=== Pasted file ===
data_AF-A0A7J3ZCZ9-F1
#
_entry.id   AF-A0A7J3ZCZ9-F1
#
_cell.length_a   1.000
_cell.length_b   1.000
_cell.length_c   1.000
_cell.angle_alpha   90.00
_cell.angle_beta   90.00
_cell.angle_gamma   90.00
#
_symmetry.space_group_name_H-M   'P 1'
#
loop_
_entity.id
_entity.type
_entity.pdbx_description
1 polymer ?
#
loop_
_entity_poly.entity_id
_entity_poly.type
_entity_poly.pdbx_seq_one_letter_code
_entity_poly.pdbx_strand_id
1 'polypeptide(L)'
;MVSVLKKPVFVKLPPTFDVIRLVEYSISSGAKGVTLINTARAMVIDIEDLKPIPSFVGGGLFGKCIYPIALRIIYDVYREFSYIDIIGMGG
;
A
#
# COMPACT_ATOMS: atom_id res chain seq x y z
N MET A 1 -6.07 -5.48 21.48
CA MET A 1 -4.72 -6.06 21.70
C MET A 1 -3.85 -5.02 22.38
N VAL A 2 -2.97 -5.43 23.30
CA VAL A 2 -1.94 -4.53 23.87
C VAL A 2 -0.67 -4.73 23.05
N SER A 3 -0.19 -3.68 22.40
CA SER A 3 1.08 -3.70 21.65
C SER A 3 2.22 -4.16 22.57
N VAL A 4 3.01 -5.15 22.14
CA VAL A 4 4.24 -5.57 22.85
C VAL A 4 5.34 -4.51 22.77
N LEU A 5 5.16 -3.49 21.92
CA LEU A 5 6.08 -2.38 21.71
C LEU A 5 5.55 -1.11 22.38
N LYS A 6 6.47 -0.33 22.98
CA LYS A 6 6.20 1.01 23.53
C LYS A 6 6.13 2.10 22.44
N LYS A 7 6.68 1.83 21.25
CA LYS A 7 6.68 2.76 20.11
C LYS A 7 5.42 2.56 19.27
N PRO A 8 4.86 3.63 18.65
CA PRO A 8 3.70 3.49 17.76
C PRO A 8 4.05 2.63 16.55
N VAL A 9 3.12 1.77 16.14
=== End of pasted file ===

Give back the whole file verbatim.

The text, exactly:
data_AF-A0A7J3ZCZ9-F1
#
_entry.id   AF-A0A7J3ZCZ9-F1
#
_cell.length_a   1.000
_cell.length_b   1.000
_cell.length_c   1.000
_cell.angle_alpha   90.00
_cell.angle_beta   90.00
_cell.angle_gamma   90.00
#
_symmetry.space_group_name_H-M   'P 1'
#
loop_
_entity.id
_entity.type
_entity.pdbx_description
1 polymer ?
#
loop_
_entity_poly.entity_id
_entity_poly.type
_entity_poly.pdbx_seq_one_letter_code
_entity_poly.pdbx_strand_id
1 'polypeptide(L)'
;MVSVLKKPVFVKLPPTFDVIRLVEYSISSGAKGVTLINTARAMVIDIEDLKPIPSFVGGGLFGKCIYPIALRIIYDVYREFSYIDIIGMGG
;
A
#
# COMPACT_ATOMS: atom_id res chain seq x y z
N MET A 1 -6.07 -5.48 21.48
CA MET A 1 -4.72 -6.06 21.70
C MET A 1 -3.85 -5.02 22.38
N VAL A 2 -2.97 -5.43 23.30
CA VAL A 2 -1.94 -4.53 23.87
C VAL A 2 -0.67 -4.73 23.05
N SER A 3 -0.19 -3.68 22.40
CA SER A 3 1.08 -3.70 21.65
C SER A 3 2.22 -4.16 22.57
N VAL A 4 3.01 -5.15 22.14
CA VAL A 4 4.24 -5.57 22.85
C VAL A 4 5.34 -4.51 22.77
N LEU A 5 5.16 -3.49 21.92
CA LEU A 5 6.08 -2.38 21.71
C LEU A 5 5.55 -1.11 22.38
N LYS A 6 6.47 -0.33 22.98
CA LYS A 6 6.20 1.01 23.53
C LYS A 6 6.13 2.10 22.44
N LYS A 7 6.68 1.83 21.25
CA LYS A 7 6.68 2.76 20.11
C LYS A 7 5.42 2.56 19.27
N PRO A 8 4.86 3.63 18.65
CA PRO A 8 3.70 3.49 17.76
C PRO A 8 4.05 2.63 16.55
N VAL A 9 3.12 1.77 16.14